‘Small molecules’ (SMs) are a diverse set of organic molecules that can be hard to pin down more specifically. In life sciences research, what we usually mean is bioactive small molecules, with a mass no more than about one kilodalton. Scientists can use these small molecules to activate or inhibit some biological function or property. The main targets for small molecules in research are enzymes (e.g. receptors, ion channels or kinases). Disrupting (or restoring) their normal function allows the part they play in health and disease processes to be revealed.
The majority of drugs are small molecules, a testament to their power in the biosciences. Although that is slowly changing with the relatively recent introduction of biologics in medicine. Thinking in terms of market for SMs, it’s worth noting that some care is needed in assessing the research market.
SMs research market
Generally, there isn’t necessarily anything that makes small molecule research reagents especially distinct from pharmaceutical ‘small molecule Active Pharmaceutical Ingredients’ (APIs), a related but different market. The distinctions between these two types are minimal in the majority of market reports. There are informations about small molecules use more commonly in research context compared to those in the drug development process. Moreover, one important distinction is that, generally speaking, API’s are produced to a more onerous set of specifications (i.e. GMP) than research small molecules due to their potential use in living subjects. This is something which can also affects costs. Meaning that, although, taking purity and similar characteristics into consideration, SMs production is typically cheaper than APIs.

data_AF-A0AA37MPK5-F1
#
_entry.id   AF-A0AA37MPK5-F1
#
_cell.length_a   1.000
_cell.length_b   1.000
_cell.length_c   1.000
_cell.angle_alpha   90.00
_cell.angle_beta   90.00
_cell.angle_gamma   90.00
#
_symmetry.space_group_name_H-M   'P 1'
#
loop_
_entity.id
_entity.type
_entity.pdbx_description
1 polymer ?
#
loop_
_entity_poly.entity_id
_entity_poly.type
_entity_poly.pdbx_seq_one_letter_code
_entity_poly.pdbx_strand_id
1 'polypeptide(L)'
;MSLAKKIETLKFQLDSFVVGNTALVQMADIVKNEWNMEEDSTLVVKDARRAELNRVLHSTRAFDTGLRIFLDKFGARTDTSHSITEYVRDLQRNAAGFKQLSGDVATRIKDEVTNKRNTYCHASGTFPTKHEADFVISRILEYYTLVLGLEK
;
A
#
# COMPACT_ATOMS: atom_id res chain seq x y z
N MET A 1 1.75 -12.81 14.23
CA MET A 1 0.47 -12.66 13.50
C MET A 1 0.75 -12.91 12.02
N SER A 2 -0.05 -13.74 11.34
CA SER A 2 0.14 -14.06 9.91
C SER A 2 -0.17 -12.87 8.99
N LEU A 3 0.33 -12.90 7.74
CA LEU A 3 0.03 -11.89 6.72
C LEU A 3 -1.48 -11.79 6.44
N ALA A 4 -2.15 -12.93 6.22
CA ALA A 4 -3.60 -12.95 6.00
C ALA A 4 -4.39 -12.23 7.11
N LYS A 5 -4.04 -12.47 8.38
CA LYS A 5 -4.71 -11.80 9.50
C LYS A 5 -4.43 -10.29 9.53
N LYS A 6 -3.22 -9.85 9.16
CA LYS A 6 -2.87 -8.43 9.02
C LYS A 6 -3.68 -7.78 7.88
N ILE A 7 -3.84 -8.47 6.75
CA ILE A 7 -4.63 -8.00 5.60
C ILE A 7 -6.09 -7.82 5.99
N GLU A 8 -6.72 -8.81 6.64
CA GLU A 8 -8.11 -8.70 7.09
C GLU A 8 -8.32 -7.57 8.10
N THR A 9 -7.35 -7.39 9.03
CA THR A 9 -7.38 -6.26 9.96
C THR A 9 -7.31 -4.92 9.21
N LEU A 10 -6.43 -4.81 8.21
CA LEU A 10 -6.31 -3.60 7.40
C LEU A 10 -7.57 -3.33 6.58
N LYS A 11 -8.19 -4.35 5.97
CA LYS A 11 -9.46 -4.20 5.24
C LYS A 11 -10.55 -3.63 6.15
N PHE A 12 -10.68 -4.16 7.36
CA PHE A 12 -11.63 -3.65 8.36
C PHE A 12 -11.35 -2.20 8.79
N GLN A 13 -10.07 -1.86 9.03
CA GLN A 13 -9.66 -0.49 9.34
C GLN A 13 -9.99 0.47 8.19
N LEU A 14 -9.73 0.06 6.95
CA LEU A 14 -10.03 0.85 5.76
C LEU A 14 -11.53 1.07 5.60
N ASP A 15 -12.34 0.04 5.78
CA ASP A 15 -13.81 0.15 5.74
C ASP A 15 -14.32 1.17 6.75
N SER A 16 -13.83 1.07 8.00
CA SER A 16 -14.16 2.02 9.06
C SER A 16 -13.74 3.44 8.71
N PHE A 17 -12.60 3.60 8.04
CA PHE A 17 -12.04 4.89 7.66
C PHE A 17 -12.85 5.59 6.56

While SMs can be classified based on their chemical nature, for research reagents that’s not so useful. Instead, it is better to think of small molecules based on their biological function or research area. For example as ‘inhibitors’ or ‘apoptosis and cell cycle reagents’, especially from a user and marketing perspective. Typically, suppliers of SMs tend to fall into one of two groups – those that fulfil specific niches which complement their other product portfolios, such as immunology or cell biology, and those who offer broad panels of SM products for testing in a customer’s application.
Over the last couple of decades, the use of small molecules in the biosciences has taken a bit of a back seat due to the rise of protein/antibody based technologies. However, producers of small molecules have not been idle. Larger and larger panels of SMs are being produced allowing researchers to screen hundreds or thousands of SMs in their assay systems for the ones which give the desired response, as well as large catalogues of SMs with known functionality against specific targets.
One problem when bringing a new SM entity to the market is overcoming user preference for older ‘tried and tested’ SMs for an application – even where they are demonstrably worse. Take, for example, dichlorofluorescein (DCFH), a fluorescent small molecule used as an indicator of oxidative stress. In some applications DCFH is known to lack selectivity or precipitate out in side reactions, affecting the reliability of results. However, some have highlighted that it’s use persists despite alternatives being available which solve these problems.
Convincing the research community of the benefits of new products, whether dyes, like DCFH, or kinase inhibitors is not a new problem in the industry. However, it is still a problem for any supplier trying to gain a foothold in a niche. In most cases the best bet is being armed with a good amount of comparative data demonstrating the benefits compared to the current industry standard (and if in published literature, all the better) combined with competitive pricing.